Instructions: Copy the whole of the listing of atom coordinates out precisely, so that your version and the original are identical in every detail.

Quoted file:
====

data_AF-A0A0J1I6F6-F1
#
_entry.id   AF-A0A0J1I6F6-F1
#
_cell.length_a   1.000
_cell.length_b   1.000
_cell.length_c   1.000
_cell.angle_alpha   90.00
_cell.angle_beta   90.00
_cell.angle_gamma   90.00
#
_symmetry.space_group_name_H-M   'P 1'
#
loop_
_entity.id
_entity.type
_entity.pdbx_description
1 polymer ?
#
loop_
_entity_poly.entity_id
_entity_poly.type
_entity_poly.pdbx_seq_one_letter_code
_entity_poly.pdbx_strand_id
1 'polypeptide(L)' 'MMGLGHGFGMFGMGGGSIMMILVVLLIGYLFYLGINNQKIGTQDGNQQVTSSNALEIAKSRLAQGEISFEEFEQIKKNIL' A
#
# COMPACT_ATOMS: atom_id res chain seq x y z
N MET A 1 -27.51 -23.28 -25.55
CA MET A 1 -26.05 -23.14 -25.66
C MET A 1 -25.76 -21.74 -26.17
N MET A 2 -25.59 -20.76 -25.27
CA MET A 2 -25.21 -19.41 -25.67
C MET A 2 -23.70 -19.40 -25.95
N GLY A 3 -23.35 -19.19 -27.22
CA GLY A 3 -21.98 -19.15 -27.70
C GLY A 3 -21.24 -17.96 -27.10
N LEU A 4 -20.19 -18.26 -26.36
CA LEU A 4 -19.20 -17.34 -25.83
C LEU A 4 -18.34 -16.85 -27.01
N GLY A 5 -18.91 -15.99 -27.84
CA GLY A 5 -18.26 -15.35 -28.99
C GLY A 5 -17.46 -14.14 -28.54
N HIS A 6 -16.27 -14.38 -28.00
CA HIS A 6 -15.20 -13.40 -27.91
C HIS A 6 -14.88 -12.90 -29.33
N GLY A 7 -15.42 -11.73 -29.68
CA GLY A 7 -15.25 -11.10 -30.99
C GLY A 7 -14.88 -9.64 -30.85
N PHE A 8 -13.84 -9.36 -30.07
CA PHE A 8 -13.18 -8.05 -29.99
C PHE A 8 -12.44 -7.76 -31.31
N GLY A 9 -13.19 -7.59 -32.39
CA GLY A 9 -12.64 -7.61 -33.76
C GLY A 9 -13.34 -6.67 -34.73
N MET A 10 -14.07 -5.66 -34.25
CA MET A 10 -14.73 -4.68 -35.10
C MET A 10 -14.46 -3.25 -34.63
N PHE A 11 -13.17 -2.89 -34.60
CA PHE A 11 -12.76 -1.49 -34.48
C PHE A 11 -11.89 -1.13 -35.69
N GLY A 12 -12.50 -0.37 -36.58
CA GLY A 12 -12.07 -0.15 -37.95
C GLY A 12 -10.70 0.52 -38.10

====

data_AF-A0A0J1I6F6-F1
#
_entry.id   AF-A0A0J1I6F6-F1
#
_cell.length_a   1.000
_cell.length_b   1.000
_cell.length_c   1.000
_cell.angle_alpha   90.00
_cell.angle_beta   90.00
_cell.angle_gamma   90.00
#
_symmetry.space_group_name_H-M   'P 1'
#
loop_
_entity.id
_entity.type
_entity.pdbx_description
1 polymer ?
#
loop_
_entity_poly.entity_id
_entity_poly.type
_entity_poly.pdbx_seq_one_letter_code
_entity_poly.pdbx_strand_id
1 'polypeptide(L)' 'MMGLGHGFGMFGMGGGSIMMILVVLLIGYLFYLGINNQKIGTQDGNQQVTSSNALEIAKSRLAQGEISFEEFEQIKKNIL' A
#
# COMPACT_ATOMS: atom_id res chain seq x y z
N MET A 1 -27.51 -23.28 -25.55
CA MET A 1 -26.05 -23.14 -25.66
C MET A 1 -25.76 -21.74 -26.17
N MET A 2 -25.59 -20.76 -25.27
CA MET A 2 -25.21 -19.41 -25.67
C MET A 2 -23.70 -19.40 -25.95
N GLY A 3 -23.35 -19.19 -27.22
CA GLY A 3 -21.98 -19.15 -27.70
C GLY A 3 -21.24 -17.96 -27.10
N LEU A 4 -20.19 -18.26 -26.36
CA LEU A 4 -19.20 -17.34 -25.83
C LEU A 4 -18.34 -16.85 -27.01
N GLY A 5 -18.91 -15.99 -27.84
CA GLY A 5 -18.26 -15.35 -28.99
C GLY A 5 -17.46 -14.14 -28.54
N HIS A 6 -16.27 -14.38 -28.00
CA HIS A 6 -15.20 -13.40 -27.91
C HIS A 6 -14.88 -12.90 -29.33
N GLY A 7 -15.42 -11.73 -29.68
CA GLY A 7 -15.25 -11.10 -30.99
C GLY A 7 -14.88 -9.64 -30.85
N PHE A 8 -13.84 -9.36 -30.07
CA PHE A 8 -13.18 -8.05 -29.99
C PHE A 8 -12.44 -7.76 -31.31
N GLY A 9 -13.19 -7.59 -32.39
CA GLY A 9 -12.64 -7.61 -33.76
C GLY A 9 -13.34 -6.67 -34.73
N MET A 10 -14.07 -5.66 -34.25
CA MET A 10 -14.73 -4.68 -35.10
C MET A 10 -14.46 -3.25 -34.63
N PHE A 11 -13.17 -2.89 -34.60
CA PHE A 11 -12.76 -1.49 -34.48
C PHE A 11 -11.89 -1.13 -35.69
N GLY A 12 -12.50 -0.37 -36.58
CA GLY A 12 -12.07 -0.15 -37.95
C GLY A 12 -10.70 0.52 -38.10